The Five are my own favorite five, which are not necessarily anyone else's. When the system was first devised they were, in geographical order, Stephanie's in Melbourne; Chez Panisse in Berkeley; Obelisk in Washington D.C.; Het Pomphuis in Ede (Netherlands); Il Vipore outside Lucca. I haven't been in D.C. for years and don't know if Obelisk is still open; all the others but Chez Panisse are long since closed. I still have a Five, but I hesitate to name them just now. (One of them is for sale at the moment: we'll dine there next month, probably for the last time.)
The Hundred is a more flexible group, of course, and I've named on or another to that category fairly often over the months and years. They are all places that seem to me uniquely rewarding. They speak to me personally: they're warm, inviting, comfortable. But they're also consistent; they're politically correct; they're what Slow Food calls Good, Clean, and Fair. All the Five are among the Hundred, of course.
Tonight we dined at another. We first met this restaurant years ago. We haven't returned often enough; we're not often in this neck of the woods at dinner time. A friend reminded us of it recently on Facebook, partly because it was in the news on the occasion of its twentieth anniversary. Next time you go, she said, let me know; I'll join you.
Done and done. We were in town today anyhow, on political business (demonstrating at the State Capitol, where the presidential electors were convening), and were spending the night.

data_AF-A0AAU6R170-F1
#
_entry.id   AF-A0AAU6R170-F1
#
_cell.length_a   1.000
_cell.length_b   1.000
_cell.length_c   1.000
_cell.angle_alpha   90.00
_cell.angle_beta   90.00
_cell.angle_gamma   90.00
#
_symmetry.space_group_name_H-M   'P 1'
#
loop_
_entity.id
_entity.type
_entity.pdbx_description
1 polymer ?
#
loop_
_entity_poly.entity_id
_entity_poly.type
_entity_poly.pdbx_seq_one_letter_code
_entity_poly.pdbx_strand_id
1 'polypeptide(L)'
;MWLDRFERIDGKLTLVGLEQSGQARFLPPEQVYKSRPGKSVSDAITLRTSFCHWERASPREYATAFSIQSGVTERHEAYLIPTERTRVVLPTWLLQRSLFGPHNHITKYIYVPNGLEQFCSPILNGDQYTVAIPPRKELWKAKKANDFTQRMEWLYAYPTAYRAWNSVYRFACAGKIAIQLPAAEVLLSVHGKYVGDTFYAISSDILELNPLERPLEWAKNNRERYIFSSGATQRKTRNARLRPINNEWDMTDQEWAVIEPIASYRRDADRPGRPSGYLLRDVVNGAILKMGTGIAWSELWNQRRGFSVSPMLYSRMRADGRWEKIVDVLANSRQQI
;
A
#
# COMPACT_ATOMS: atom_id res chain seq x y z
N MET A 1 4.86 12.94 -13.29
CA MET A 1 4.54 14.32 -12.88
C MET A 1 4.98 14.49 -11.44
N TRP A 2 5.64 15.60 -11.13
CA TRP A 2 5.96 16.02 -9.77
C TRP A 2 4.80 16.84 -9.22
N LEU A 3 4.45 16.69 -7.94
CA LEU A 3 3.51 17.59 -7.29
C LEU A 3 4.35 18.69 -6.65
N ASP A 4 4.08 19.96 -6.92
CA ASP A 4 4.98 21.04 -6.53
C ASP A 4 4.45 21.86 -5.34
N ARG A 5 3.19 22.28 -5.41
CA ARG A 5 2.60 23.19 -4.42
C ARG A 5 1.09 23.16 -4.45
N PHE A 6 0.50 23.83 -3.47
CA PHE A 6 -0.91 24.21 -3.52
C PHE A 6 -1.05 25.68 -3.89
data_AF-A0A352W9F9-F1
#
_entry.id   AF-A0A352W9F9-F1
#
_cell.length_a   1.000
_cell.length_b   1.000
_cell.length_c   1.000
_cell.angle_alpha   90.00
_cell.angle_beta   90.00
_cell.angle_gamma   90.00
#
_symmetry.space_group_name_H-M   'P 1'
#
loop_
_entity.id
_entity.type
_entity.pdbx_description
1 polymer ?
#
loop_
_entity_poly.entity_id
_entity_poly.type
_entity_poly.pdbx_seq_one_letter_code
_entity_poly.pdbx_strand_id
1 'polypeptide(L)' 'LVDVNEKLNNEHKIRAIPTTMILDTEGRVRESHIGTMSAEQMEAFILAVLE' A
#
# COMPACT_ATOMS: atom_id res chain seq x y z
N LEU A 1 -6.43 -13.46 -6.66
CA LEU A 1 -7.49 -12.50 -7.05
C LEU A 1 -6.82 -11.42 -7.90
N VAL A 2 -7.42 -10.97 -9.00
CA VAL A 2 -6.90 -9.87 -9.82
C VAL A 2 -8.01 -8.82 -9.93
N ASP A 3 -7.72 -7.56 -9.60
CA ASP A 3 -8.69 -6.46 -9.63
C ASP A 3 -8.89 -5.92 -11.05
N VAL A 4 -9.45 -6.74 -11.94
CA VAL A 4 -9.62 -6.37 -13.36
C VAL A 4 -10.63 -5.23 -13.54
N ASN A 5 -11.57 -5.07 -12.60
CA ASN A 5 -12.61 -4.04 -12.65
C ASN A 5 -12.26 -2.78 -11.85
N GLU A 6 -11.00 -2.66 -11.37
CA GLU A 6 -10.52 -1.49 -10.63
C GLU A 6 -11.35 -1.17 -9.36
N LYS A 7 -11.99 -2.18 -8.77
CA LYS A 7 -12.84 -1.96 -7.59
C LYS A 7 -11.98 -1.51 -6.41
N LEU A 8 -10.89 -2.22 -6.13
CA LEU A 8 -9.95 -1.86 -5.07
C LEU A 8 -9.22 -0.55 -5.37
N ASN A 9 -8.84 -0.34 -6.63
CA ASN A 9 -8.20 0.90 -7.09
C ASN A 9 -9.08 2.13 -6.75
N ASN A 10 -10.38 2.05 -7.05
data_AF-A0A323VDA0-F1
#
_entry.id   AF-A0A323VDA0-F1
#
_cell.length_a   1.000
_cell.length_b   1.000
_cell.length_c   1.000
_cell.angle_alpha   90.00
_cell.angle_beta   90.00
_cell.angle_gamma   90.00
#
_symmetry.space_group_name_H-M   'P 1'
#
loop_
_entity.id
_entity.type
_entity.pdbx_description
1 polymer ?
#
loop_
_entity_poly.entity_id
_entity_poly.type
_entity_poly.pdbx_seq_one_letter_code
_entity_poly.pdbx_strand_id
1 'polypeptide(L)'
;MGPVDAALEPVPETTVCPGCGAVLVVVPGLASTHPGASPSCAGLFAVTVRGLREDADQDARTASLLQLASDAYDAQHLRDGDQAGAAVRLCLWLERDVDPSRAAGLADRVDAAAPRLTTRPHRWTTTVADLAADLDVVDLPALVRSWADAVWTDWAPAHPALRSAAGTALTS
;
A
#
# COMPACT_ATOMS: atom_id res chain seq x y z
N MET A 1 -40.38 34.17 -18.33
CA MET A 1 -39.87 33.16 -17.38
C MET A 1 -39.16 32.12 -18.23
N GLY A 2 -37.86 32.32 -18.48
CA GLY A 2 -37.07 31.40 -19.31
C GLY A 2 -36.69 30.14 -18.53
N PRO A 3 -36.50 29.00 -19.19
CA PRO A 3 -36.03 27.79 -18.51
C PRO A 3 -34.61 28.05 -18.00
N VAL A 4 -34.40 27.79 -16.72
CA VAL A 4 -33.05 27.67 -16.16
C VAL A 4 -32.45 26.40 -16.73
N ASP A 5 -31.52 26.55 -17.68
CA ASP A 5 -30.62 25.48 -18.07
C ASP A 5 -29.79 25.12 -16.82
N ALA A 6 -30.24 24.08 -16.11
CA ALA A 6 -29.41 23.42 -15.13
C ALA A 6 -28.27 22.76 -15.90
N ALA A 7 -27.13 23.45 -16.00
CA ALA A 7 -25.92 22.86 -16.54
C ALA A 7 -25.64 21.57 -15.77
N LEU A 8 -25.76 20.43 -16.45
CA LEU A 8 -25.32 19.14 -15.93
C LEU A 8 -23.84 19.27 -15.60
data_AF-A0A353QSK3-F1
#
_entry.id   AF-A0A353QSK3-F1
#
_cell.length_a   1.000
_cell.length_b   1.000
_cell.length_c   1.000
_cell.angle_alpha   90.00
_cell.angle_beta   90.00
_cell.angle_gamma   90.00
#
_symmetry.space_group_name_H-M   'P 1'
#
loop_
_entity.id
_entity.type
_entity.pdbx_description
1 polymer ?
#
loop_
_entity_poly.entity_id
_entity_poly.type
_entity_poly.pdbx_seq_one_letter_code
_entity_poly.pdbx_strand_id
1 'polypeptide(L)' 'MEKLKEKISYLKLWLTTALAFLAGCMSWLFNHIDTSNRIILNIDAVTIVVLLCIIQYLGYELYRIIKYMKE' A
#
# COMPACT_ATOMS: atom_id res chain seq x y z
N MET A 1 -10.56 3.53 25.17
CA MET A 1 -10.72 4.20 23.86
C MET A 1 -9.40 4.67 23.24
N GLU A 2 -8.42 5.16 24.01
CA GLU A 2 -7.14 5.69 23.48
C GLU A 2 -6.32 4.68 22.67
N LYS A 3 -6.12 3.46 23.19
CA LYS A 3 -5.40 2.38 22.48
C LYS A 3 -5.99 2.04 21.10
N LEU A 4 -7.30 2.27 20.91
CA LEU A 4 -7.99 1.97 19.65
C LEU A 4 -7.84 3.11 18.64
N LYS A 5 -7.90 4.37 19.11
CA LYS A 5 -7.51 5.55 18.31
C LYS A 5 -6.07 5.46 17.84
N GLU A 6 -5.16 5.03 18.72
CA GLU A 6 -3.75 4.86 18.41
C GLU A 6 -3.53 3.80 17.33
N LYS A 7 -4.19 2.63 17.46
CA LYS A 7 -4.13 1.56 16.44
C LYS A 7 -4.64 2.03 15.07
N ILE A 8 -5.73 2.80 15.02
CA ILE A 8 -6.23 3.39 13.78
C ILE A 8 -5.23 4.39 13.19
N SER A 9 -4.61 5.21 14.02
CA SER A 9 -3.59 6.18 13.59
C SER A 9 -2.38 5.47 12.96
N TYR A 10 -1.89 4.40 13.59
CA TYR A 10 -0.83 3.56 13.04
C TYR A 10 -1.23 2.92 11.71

Nothing had changed. (I mentioned consistency, yes?) The dining room looked just the same; the chairs hadn't changed; the same interesting low-keyed mural was on the wall behind the bar. Best of all the menu was the same. And my order was the same: steak tartare to begin with; braised veal cheeks to continue.
The house knew we were there and sent out a little plate to tease us, a plate of crudo: a scallop; raw tuna; celery and rémoulade. And, oddly we all thought, smoked salmon, rather heavily smoked: a piece of fish that would have been nice with horseradish and a shot of vodka, but seemed out of place among the otherwise raw items here.
(I did not wash it down with vodka, but with a Hanky Panky, which the bartender had to look up before executing it very well indeed.) The tartare was as I remembered it, but served differently, I think: it used to present a single heap centered on the plate; now it comes on three croustades. I prefer to mix my tartare at the table, as I reported from the Restaurang Kvarnen a year ago; but when the kitchen remembers the scallions and capers and gets the proportions right it's okay with me if they do the work for me; I'm easy-going on such matters. This tartare was fine.
Ditto the braised beef cheeks, as I prefer to call them; I like the double "e"'s, and I'm not sure meat this deep and unctuous can really be what I call veal, which should, I maintain, never have eaten grass. Another really fine dish, resonant and thoughtful. And our conversation was splendid.
Dessert: a generous affogato, to cut through a meat-heavy dinner…